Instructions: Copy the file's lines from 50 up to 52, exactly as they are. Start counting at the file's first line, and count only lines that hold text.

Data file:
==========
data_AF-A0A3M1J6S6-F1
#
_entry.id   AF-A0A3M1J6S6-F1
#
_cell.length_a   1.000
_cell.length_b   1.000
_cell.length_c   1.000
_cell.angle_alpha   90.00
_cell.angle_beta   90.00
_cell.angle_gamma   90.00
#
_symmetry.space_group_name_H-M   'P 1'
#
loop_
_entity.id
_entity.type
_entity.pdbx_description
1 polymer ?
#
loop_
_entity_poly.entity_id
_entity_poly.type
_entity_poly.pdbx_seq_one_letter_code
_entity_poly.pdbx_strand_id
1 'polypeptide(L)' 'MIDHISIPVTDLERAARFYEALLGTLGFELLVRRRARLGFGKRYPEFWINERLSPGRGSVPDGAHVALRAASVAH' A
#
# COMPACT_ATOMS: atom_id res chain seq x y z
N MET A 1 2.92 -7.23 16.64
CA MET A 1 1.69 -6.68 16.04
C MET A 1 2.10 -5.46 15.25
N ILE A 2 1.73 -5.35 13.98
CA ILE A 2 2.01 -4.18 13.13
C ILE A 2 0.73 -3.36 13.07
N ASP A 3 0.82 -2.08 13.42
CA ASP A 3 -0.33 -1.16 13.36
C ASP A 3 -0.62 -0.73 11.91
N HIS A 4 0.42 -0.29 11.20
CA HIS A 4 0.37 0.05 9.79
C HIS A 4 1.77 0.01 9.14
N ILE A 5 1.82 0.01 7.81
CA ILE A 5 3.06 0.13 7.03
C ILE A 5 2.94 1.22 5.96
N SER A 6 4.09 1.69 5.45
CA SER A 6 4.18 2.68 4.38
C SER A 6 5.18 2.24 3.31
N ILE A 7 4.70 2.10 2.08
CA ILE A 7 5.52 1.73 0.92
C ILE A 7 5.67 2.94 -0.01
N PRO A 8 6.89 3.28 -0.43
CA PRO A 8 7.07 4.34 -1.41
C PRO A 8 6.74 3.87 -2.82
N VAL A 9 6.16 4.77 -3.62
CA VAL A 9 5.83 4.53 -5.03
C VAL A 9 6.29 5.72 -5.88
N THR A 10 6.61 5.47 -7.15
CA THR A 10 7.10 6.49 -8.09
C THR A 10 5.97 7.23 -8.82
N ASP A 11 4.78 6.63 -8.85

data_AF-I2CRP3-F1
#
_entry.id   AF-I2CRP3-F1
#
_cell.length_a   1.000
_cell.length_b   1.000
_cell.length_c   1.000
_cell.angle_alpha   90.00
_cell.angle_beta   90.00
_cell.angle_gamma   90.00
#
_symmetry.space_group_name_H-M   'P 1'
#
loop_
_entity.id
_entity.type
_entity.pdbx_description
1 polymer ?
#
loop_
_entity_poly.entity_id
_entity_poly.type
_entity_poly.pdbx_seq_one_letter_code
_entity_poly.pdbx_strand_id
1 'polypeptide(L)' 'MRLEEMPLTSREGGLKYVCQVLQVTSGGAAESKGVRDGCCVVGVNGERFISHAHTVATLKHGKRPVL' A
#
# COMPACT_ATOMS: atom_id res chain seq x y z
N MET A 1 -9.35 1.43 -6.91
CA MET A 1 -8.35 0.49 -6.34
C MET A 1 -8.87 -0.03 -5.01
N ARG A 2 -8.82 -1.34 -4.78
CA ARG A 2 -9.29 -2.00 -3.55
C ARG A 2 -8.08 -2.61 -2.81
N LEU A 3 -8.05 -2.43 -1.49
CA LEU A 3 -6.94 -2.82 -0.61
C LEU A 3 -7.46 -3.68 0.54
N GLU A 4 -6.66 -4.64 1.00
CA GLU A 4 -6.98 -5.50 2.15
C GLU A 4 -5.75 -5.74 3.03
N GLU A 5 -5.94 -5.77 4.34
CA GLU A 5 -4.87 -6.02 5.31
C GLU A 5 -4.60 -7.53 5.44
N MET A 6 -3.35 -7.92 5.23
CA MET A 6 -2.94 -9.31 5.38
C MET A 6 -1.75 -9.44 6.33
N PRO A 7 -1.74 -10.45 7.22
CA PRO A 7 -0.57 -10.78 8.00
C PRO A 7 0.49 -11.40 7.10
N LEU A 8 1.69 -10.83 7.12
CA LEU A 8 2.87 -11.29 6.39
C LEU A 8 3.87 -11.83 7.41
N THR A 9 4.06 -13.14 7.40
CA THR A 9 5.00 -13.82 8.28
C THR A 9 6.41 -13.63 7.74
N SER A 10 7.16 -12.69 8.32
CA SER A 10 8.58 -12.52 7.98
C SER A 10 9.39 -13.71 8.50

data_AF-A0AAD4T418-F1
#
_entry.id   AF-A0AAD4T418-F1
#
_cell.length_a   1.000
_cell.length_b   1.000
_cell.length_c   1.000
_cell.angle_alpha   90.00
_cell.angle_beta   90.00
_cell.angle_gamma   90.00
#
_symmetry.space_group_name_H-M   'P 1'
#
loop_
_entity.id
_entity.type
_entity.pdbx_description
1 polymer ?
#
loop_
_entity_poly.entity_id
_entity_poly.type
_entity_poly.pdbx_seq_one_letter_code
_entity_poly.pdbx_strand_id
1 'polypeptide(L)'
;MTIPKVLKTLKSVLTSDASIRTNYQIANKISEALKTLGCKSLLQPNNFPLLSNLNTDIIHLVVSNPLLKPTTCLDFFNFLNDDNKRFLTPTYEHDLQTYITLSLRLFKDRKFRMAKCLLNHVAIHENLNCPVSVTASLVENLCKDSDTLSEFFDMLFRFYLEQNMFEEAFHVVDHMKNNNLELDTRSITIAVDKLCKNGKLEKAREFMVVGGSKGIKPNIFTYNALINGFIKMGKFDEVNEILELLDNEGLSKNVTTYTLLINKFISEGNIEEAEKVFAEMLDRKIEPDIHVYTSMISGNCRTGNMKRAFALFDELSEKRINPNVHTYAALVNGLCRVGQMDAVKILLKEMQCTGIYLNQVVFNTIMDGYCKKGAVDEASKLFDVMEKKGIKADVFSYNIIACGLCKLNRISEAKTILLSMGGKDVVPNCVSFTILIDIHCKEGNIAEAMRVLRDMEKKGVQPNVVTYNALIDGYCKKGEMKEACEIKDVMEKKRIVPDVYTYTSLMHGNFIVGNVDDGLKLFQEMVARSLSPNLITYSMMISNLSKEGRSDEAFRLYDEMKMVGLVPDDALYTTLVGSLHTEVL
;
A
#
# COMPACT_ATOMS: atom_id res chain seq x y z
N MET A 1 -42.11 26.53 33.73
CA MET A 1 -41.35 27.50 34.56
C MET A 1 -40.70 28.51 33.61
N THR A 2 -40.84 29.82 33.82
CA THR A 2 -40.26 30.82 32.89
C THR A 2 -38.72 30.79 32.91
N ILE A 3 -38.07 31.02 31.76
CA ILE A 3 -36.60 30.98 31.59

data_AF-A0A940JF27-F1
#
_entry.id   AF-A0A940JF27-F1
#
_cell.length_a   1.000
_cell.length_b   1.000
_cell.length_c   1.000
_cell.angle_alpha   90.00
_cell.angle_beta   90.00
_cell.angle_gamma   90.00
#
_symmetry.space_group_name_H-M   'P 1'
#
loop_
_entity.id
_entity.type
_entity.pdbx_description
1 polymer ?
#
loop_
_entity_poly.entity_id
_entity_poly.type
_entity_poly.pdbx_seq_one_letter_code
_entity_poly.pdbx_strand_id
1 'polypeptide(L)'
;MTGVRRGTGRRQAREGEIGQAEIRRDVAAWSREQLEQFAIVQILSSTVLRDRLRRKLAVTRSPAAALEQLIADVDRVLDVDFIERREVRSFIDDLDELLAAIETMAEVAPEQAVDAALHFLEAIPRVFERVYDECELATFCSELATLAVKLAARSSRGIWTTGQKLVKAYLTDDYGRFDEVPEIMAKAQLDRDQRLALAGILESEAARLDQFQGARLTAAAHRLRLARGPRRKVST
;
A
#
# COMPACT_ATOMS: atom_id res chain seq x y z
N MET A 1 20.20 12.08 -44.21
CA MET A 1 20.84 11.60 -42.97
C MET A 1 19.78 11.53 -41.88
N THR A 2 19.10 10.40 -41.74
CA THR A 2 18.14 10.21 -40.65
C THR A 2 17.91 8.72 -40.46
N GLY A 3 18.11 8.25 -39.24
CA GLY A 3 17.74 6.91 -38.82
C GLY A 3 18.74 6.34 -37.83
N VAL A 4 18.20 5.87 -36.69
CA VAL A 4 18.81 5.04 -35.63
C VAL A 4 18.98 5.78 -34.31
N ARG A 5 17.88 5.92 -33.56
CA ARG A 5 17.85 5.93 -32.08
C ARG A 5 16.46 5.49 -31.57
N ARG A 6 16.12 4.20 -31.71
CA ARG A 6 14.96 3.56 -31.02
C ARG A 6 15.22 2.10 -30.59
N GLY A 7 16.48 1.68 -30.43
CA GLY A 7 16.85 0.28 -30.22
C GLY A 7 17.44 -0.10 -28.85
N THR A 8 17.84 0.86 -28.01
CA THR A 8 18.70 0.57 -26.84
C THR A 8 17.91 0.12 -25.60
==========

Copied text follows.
CA PRO A 8 7.07 4.34 -1.41
C PRO A 8 6.74 3.87 -2.82
N VAL A 9 6.16 4.77 -3.62